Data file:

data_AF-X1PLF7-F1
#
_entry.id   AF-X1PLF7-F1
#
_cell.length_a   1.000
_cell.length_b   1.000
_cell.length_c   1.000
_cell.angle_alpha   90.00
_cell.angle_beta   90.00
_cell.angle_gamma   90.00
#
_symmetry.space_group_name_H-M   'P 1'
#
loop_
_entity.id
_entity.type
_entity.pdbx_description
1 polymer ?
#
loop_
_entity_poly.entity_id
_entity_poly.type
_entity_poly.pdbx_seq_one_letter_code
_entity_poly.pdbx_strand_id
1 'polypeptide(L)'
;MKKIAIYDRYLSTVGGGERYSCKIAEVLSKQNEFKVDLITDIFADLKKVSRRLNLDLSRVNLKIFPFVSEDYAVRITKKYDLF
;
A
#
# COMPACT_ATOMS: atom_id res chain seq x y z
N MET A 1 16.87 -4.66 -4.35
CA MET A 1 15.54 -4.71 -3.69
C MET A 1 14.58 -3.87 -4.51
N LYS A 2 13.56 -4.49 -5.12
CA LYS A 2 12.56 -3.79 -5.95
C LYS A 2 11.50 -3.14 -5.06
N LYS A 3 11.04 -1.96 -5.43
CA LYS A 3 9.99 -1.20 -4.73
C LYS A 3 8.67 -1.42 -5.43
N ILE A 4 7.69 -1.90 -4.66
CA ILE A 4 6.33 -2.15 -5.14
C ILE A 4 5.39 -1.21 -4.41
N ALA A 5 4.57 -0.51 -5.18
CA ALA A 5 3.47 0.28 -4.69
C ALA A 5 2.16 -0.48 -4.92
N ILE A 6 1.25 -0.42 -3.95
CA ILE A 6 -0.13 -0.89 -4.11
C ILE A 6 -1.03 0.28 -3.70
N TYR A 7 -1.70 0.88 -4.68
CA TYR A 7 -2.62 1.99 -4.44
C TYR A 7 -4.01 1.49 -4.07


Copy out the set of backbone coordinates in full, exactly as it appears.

data_AF-X1PLF7-F1
#
_entry.id   AF-X1PLF7-F1
#
_cell.length_a   1.000
_cell.length_b   1.000
_cell.length_c   1.000
_cell.angle_alpha   90.00
_cell.angle_beta   90.00
_cell.angle_gamma   90.00
#
_symmetry.space_group_name_H-M   'P 1'
#
loop_
_entity.id
_entity.type
_entity.pdbx_description
1 polymer ?
#
loop_
_entity_poly.entity_id
_entity_poly.type
_entity_poly.pdbx_seq_one_letter_code
_entity_poly.pdbx_strand_id
1 'polypeptide(L)'
;MKKIAIYDRYLSTVGGGERYSCKIAEVLSKQNEFKVDLITDIFADLKKVSRRLNLDLSRVNLKIFPFVSEDYAVRITKKYDLF
;
A
#
# COMPACT_ATOMS: atom_id res chain seq x y z
N MET A 1 16.87 -4.66 -4.35
CA MET A 1 15.54 -4.71 -3.69
C MET A 1 14.58 -3.87 -4.51
N LYS A 2 13.56 -4.49 -5.12
CA LYS A 2 12.56 -3.79 -5.95
C LYS A 2 11.50 -3.14 -5.06
N LYS A 3 11.04 -1.96 -5.43
CA LYS A 3 9.99 -1.20 -4.73
C LYS A 3 8.67 -1.42 -5.43
N ILE A 4 7.69 -1.90 -4.66
CA ILE A 4 6.33 -2.15 -5.14
C ILE A 4 5.39 -1.21 -4.41
N ALA A 5 4.57 -0.51 -5.18
CA ALA A 5 3.47 0.28 -4.69
C ALA A 5 2.16 -0.48 -4.92
N ILE A 6 1.25 -0.42 -3.95
CA ILE A 6 -0.13 -0.89 -4.11
C ILE A 6 -1.03 0.28 -3.70
N TYR A 7 -1.70 0.88 -4.68
CA TYR A 7 -2.62 1.99 -4.44
C TYR A 7 -4.01 1.49 -4.07